Editor's Note: This is the second part of a series about Milford shoreline residents still waiting for government funds to rebuild their homes after Storm Sandy. To read the first in the series, click here.

Lori Robinson has been living in a camper in her driveway for two years, ever since Superstorm Sandy hit her beach area neighborhood.

She’s in the paperwork stage of the process of rebuilding her home, so that’s good news, but the past two years haven’t been exactly fun. There’s been lots of paperwork as she’s applied for government funds to help rebuild, and there’s been a lot of waiting and returning with plans to city offices to get approvals.

Still, this shoreline resident tries to put on a brave face: Her sense of humor, clearly evident in the pink flamingos she decorated her camper with last Christmas, has helped. But still, even a good sense of humor has its limits.

Robinson’s home was slammed by Irene before Sandy. She’d finished a $10,000 kitchen remodel and other renovations that gave her the house she’d always wanted when Sandy hit and wiped all that work away.

She was home when Sandy sent about six feet of water rushing into her house: She was camped out in an upper level with friends. They knew the storm was coming, but they didn’t expect what they got. Much of the main living area of the house was wrecked, and during the storm Robinson had to descend to the lower level, wearing a pair of goggles, and practically swim to her macaw and rescue the bird from the rising tide.

With more than 65% of her house damaged by the two storms, Robinson had to elevate or rebuild. She chose to rebuild, “to start from scratch.”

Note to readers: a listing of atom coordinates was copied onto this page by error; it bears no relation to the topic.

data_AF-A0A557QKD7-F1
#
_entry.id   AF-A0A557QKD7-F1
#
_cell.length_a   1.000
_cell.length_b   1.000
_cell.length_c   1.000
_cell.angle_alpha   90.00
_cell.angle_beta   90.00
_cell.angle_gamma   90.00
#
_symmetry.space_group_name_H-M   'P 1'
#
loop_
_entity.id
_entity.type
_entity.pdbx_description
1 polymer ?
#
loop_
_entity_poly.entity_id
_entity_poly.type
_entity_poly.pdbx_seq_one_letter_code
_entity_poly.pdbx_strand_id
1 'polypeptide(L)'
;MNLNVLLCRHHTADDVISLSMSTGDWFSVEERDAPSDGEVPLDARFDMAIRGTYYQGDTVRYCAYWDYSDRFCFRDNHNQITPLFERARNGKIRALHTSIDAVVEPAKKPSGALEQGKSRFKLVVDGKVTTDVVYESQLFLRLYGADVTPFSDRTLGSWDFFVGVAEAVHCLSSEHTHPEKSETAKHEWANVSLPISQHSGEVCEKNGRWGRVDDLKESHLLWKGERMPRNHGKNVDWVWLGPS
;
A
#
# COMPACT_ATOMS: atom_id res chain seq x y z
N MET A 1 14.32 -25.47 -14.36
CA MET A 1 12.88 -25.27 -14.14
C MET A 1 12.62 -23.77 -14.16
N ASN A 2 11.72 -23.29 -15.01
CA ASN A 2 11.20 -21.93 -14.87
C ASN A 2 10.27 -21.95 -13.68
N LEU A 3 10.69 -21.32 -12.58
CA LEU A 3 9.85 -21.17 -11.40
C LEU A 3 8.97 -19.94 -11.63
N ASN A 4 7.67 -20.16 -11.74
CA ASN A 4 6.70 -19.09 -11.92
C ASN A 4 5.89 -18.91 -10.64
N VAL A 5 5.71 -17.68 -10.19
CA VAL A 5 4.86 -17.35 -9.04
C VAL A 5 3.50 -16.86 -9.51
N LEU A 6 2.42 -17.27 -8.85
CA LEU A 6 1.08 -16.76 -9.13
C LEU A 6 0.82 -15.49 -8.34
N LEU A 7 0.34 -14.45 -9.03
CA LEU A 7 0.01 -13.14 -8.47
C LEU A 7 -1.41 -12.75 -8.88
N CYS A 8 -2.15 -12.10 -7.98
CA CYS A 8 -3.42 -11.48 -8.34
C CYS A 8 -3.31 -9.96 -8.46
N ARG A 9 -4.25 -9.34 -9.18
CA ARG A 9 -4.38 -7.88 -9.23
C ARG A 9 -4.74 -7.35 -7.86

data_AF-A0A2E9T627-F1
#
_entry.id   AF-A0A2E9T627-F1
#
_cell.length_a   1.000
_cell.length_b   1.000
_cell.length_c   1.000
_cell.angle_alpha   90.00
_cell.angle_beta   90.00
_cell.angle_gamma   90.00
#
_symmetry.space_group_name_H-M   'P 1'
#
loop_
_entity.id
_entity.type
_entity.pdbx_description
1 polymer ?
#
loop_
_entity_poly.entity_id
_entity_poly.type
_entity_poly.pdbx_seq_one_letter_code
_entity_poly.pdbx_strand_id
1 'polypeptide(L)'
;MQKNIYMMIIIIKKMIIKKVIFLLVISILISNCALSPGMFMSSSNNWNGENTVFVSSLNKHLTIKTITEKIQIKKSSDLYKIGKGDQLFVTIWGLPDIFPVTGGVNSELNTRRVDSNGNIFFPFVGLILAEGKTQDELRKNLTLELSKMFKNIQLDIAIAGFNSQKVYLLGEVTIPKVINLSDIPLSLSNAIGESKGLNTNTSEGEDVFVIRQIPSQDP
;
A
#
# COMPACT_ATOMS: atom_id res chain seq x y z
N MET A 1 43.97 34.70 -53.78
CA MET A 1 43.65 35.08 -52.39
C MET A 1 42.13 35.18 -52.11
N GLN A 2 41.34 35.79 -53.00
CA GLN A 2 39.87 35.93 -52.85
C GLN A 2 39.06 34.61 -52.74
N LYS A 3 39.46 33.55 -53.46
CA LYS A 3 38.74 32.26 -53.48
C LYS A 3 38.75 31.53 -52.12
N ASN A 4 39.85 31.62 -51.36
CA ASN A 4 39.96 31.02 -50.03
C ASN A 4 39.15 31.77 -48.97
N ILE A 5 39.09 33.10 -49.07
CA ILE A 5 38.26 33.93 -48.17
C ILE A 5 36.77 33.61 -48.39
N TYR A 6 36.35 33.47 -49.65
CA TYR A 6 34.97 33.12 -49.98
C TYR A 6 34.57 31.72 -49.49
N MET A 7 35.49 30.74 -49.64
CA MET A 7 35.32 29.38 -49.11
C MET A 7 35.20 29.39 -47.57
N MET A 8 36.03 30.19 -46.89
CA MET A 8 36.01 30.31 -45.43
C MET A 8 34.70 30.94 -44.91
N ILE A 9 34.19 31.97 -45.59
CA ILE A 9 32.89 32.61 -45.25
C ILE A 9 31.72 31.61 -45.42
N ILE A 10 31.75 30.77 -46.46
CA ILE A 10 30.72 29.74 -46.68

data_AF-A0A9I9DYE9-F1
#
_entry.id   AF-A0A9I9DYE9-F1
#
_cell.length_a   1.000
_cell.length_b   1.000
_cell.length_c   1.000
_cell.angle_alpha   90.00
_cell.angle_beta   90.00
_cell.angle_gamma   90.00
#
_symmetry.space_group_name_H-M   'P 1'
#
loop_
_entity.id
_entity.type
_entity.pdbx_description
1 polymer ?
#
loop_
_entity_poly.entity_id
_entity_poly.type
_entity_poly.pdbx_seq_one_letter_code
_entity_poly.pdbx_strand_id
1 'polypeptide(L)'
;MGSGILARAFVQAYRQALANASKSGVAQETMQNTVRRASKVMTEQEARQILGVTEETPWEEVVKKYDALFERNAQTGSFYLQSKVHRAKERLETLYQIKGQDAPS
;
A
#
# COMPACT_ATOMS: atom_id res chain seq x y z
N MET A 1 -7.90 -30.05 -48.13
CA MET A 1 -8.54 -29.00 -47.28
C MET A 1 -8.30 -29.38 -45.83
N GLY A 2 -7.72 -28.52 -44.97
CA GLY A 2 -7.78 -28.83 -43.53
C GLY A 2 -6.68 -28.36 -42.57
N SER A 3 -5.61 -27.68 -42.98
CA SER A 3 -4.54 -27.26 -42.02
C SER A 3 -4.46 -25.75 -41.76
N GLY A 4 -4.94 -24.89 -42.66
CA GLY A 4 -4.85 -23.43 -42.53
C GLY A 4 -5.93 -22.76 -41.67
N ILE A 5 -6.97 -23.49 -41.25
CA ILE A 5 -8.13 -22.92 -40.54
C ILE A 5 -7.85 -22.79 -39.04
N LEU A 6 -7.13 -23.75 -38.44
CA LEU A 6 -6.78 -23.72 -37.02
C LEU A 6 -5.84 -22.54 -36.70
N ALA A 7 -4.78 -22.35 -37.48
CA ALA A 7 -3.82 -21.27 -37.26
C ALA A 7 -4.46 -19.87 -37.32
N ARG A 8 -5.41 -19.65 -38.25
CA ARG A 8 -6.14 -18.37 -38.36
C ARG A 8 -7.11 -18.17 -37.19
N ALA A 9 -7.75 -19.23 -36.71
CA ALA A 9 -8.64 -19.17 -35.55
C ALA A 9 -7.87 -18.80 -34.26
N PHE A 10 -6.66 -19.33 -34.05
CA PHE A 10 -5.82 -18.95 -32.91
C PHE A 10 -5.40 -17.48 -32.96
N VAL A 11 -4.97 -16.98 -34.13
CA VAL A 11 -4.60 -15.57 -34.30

With limited funds, especially following the Irene fixes, Robinson, who works for the city’s sanitation department, began applying for funding. She said she will be the first in Milford to rebuild using Sandy government funds, and she attributes that to her tenacity at filling out all the forms required to get the work going.

She is expecting $150,000 in Community Development Block Grant-Disaster Recovery funds, flood insurance money plus another $30,000 in government money, which she said will get her nearly to the $250,000 she was told it will cost to rebuild.

Last week contractors visited, beginning the latest step in an ongoing process to get the rebuild going. A bid still has to be approved, and then the winning bidder will have to secure the permits to get the work done.

She’s not exactly sure when she’ll be able to move out of her camper and back into a house. But she’s hopeful.

Living in a camper for two years was really the most logical option for the Milford woman, partly because she has two dogs.

“Where are you supposed to go if you have pets?” she said.

It’s cozy, yet very cramped, and it’s sort of like camping on a daily basis, Robinson said. She showers at a neighbor’s house, and has to fill a container with water to do some of her household chores.

“This is the way I’ve been living for two years. It’s been frustrating, to say the least,” she said.

Catholic Charities, the Red Cross and United Way “have been wonderful through all this,” she said. “They really have.”

Agencies like those have made the situation less onerous, but still, Robinson jokes that if the process doesn’t start moving a little more quickly, residents may be looking at the next Doris Gagnon.

The late Doris Gagnon lived in a ramshackle trailer for years at Silver Sands beach in protest of the government taking the land to build a state park. Robinson remembers Gagnon fondly, and says she sees similarities between the way Doris lived and the way she’s living now.